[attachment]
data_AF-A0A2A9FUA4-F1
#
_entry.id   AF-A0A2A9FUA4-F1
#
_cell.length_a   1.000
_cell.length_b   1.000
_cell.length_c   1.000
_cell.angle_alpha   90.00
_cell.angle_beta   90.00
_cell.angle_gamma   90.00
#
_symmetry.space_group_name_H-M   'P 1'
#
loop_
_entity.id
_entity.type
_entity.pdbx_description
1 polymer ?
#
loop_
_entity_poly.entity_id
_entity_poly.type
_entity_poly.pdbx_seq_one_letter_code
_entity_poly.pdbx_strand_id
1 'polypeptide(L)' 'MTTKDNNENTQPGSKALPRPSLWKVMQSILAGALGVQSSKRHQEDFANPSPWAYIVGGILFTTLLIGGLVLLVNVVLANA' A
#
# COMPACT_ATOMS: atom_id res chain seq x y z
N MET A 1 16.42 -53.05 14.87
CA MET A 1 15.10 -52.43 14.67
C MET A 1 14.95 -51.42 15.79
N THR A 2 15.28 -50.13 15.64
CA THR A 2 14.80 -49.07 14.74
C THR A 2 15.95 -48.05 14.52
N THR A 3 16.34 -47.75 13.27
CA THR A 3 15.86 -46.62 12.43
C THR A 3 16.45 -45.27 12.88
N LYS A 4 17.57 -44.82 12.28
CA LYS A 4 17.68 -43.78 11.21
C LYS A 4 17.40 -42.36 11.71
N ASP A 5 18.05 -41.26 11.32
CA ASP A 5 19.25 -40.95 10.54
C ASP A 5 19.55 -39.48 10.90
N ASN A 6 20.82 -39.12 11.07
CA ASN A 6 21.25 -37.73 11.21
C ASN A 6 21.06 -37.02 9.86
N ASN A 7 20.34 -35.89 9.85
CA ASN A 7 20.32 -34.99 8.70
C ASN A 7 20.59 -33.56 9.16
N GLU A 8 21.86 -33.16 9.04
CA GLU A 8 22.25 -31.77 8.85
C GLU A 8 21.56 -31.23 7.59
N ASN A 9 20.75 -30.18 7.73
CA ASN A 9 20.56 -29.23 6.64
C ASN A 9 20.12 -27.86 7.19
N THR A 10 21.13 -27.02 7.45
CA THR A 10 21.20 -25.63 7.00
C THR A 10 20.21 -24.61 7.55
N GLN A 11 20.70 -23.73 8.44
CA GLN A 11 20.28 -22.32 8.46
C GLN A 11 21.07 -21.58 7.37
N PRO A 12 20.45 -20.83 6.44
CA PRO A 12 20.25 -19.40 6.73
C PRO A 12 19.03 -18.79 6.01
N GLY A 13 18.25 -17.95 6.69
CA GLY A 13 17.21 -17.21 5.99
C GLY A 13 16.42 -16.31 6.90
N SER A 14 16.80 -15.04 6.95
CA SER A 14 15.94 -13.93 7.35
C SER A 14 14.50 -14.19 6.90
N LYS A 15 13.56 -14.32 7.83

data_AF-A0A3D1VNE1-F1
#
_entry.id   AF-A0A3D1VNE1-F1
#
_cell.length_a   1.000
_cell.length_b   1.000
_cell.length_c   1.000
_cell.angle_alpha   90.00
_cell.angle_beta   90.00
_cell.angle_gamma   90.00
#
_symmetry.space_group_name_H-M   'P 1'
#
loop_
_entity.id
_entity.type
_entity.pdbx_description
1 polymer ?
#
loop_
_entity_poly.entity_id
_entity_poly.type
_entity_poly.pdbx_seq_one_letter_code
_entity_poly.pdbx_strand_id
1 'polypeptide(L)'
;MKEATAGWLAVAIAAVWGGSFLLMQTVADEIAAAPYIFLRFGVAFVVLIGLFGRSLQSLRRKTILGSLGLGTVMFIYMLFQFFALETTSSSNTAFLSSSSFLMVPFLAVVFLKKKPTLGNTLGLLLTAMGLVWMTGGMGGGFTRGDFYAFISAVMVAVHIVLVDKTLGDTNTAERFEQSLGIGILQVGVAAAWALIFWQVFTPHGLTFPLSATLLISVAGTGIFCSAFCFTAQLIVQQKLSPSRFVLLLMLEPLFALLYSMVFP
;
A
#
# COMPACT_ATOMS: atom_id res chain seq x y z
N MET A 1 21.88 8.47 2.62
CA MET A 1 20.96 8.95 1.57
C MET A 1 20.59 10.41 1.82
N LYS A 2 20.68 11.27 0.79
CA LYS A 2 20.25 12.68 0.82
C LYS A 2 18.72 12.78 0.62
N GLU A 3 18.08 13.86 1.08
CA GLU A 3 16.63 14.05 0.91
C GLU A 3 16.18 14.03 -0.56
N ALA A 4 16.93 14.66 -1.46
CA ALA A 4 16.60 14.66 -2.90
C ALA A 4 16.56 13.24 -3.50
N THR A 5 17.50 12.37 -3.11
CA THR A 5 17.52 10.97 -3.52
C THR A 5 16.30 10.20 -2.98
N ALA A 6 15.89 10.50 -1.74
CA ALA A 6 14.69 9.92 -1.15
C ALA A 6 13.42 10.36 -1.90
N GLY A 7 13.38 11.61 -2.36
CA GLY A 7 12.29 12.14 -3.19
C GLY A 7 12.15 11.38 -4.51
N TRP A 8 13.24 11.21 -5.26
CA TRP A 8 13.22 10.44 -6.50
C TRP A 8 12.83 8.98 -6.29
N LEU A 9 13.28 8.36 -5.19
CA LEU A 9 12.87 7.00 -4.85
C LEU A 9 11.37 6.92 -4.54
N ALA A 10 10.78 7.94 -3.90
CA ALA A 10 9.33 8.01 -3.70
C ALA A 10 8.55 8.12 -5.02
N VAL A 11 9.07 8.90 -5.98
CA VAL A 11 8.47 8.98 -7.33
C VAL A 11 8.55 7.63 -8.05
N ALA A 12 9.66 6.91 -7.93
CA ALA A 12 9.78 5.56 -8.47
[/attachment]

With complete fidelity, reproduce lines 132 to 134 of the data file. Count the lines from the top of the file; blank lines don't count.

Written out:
CA VAL A 11 8.47 8.98 -7.33
C VAL A 11 8.55 7.63 -8.05
N ALA A 12 9.66 6.91 -7.93